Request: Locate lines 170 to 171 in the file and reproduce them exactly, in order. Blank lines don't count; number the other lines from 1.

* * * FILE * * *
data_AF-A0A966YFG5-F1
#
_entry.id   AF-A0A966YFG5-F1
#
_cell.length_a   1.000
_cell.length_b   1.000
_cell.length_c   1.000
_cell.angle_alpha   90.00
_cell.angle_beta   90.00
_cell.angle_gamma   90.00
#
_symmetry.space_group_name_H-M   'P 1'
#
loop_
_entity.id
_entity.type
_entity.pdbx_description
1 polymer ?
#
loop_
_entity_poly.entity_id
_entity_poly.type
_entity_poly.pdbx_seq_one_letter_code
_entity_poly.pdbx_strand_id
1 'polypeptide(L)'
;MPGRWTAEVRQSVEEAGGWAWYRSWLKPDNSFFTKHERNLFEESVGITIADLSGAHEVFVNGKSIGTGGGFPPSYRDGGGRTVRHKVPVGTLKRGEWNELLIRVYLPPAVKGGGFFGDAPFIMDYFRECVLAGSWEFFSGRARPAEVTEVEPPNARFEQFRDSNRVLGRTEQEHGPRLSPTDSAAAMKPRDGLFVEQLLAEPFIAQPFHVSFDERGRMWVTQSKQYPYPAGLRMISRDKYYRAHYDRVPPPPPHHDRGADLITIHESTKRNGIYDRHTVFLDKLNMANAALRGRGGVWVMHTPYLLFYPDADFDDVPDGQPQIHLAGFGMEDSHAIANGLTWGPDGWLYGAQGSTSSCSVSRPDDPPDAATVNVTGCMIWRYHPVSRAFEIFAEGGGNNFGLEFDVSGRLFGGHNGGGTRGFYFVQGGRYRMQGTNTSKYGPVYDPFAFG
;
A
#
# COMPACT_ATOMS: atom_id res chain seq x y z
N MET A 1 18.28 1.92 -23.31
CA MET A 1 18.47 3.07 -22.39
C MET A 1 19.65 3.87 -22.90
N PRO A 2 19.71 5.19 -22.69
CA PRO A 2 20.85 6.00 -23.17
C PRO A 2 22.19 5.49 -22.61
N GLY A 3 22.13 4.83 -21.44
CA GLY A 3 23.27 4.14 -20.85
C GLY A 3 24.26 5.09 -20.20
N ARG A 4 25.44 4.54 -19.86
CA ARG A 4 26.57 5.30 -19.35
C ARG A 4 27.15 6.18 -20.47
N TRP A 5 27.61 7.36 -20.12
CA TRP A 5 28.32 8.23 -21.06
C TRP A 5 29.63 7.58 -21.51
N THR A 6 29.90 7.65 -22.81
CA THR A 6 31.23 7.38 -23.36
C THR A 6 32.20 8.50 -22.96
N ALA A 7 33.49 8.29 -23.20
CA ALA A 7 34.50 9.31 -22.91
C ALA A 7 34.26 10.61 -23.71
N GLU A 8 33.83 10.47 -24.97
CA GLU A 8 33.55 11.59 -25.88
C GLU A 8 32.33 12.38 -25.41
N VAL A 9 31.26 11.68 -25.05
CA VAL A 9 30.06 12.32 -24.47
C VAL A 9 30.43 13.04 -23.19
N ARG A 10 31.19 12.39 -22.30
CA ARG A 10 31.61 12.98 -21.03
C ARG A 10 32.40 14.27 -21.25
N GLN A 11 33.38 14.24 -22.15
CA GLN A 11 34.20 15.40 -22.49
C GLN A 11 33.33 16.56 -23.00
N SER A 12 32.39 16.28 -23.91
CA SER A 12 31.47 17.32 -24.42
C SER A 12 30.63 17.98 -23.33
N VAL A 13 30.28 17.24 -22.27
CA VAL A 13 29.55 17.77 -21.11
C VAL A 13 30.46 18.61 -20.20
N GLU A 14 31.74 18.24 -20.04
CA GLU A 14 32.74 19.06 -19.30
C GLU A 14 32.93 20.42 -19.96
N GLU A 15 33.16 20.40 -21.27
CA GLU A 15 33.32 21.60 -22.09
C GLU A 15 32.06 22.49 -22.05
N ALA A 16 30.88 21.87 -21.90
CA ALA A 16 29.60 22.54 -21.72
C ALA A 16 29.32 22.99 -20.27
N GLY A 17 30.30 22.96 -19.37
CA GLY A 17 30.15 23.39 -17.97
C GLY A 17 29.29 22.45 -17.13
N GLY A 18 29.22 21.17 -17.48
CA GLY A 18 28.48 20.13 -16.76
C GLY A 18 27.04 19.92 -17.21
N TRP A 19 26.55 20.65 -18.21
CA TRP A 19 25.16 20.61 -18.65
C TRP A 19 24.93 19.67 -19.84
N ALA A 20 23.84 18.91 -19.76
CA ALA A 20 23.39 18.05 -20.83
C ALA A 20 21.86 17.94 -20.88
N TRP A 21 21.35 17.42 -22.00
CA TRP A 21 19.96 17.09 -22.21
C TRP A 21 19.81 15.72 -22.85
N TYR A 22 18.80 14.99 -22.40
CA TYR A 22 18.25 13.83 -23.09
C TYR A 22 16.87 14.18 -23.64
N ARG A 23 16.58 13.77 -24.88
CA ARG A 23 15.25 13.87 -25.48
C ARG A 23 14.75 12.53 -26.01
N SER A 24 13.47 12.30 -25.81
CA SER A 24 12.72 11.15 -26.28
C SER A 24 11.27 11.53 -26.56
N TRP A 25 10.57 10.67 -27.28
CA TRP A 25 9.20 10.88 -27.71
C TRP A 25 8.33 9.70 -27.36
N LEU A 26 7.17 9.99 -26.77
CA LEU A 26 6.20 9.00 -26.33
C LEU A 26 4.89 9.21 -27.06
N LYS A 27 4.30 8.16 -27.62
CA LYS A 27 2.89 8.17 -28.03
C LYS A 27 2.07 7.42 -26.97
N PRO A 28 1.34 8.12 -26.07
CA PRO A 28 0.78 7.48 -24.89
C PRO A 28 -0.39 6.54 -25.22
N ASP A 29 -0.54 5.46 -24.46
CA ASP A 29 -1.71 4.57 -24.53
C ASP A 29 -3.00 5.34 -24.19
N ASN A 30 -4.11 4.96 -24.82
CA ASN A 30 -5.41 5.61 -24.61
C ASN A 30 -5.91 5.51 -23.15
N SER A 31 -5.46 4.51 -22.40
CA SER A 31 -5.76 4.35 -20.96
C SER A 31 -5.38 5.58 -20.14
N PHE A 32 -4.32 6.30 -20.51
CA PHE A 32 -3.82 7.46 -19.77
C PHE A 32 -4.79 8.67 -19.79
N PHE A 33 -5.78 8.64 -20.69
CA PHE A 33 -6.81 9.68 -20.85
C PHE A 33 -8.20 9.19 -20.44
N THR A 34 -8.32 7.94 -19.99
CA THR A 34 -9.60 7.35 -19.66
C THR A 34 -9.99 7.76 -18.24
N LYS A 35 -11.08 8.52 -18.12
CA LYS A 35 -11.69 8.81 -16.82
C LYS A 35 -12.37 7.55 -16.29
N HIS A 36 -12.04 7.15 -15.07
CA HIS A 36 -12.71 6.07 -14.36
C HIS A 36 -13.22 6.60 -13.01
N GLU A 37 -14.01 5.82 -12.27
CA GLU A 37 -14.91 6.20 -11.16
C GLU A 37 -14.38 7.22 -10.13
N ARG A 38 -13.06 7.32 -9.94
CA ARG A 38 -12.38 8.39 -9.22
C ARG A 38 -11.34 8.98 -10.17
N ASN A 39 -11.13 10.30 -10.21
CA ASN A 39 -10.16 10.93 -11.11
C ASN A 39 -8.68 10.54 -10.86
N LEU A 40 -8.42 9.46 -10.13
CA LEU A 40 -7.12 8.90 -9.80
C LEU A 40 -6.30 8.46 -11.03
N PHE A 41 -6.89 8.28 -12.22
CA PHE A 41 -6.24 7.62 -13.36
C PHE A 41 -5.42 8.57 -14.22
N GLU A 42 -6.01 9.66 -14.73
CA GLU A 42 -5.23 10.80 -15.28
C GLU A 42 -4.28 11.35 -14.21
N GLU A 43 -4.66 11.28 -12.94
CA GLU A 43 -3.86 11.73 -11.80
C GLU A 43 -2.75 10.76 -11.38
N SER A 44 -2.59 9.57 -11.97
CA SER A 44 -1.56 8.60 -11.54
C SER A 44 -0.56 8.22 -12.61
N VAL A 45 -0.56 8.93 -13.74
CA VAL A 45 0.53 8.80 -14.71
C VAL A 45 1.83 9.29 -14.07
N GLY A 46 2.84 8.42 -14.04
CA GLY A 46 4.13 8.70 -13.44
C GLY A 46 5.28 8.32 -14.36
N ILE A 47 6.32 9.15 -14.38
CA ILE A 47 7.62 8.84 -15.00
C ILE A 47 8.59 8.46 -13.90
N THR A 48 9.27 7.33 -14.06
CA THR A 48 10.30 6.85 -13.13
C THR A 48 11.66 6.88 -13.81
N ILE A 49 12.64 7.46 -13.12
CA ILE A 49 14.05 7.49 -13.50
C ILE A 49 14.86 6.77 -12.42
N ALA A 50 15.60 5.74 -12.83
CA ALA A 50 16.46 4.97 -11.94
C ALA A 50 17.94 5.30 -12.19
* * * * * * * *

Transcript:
CA ILE A 47 7.62 8.84 -15.00
C ILE A 47 8.59 8.46 -13.90